Well I must say, my article on “The Darwinian Fundamentalists” accomplished just what I expected (if not hoped) it would by illustrating that “free thinkers” have their taboo and verboten subjects as surely as do anybody else. Poor Fodor and Piattelli-Palmarini found that out the hard way. (So, by the way, did Mr. Darwin himself.)
In the brief compass of a couple dozen comments Fodor and Piattelli-Palmarini were dismissed because they are not biologists, they were called crackpots, their arguments were misrepresented, they were compared to Ray Comfort, young earth creationists generally, and flat earthers, and so on. (Mike D mentioned Ray Comfort, apparently unaware that I recently satirized him in “Evolution debunked in sixteen minutes!“)
What especially struck me in these criticisms was the leap from “Their book is perfect!” to “Their book is worthless!” as if there isn’t any ground in the middle in which the book might have at least some interesting things to say.
And then there were the charges against me for bringing their book up in the first place. I must say, Mike D took the lead here with youthful aplomb as he accused me of viewing myself as an “expert on evolution” and providing a “literature selection” limited to writings that agree with my “bizarre and convoluted theology”. (What theology is that, exactly?) By comparison to Mike’s tirade, Jeff’s speculations that I have some deeply-seated objection to natural selection which I have yet to share were relatively bland (sorry Jeff!) but no less off base.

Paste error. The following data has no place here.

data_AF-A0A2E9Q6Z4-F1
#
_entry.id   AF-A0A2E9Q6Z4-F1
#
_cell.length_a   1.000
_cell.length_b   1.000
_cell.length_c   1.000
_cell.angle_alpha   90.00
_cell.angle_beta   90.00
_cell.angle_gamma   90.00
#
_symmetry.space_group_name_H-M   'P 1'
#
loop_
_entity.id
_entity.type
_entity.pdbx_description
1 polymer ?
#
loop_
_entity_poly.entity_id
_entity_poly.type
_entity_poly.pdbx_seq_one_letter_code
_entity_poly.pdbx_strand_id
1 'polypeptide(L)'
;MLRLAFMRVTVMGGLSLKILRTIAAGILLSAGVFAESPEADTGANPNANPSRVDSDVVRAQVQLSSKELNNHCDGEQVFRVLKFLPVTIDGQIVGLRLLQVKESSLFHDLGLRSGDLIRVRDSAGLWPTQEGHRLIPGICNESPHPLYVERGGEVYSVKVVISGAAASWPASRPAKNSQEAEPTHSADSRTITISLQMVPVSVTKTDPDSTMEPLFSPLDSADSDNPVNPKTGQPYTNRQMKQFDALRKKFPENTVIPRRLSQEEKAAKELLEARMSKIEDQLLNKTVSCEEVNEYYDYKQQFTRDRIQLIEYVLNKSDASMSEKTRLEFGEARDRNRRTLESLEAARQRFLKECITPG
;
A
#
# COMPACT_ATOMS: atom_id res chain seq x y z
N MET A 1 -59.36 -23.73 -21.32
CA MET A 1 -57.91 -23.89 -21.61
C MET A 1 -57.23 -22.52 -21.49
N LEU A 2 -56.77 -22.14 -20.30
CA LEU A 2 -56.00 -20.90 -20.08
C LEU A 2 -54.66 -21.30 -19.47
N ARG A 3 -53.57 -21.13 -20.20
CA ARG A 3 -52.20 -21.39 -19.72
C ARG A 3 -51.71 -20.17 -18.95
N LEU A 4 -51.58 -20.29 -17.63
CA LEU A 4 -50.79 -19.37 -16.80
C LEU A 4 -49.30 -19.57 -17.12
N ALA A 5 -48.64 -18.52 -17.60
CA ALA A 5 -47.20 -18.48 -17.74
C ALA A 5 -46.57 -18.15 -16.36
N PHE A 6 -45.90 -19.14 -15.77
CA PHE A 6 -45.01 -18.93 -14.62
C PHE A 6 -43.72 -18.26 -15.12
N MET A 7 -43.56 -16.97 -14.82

As I watched the comments come in I thought how difficult it is to maintain doxastic communities that truly exemplify the spirit of open and critical enquiry. How easy it is to harden categories and shut down the musings of the free thinking iconoclast rather than weigh judiciously each of his irreverent and provocative opinions with a cool and critical demeanor.
You know, if a leading Christian philosopher published a book calling into question the doctrine of the Trinity, I wouldn’t immediately start deriding him (“He’s a philosopher, so his opinions don’t count! He’s a flat earther! Blah blah blah!”) and I certainly wouldn’t start criticizing those who dared mention his book (“You probably always doubted the Trinity, didn’t you! That’s why you’re mentioning this book now!”) Instead, I’d be genuinely interested to see what he had to say. And even though I’d obviously be skeptical about his conclusions I’d be impressed by the courage of conviction he had to dissent from the wider Christian community. How many of us go the low road of thoughtless conformity because others have already done our thinking for us?
Okay, I’m done. Now just give me a minute to retreat to my bomb shelter.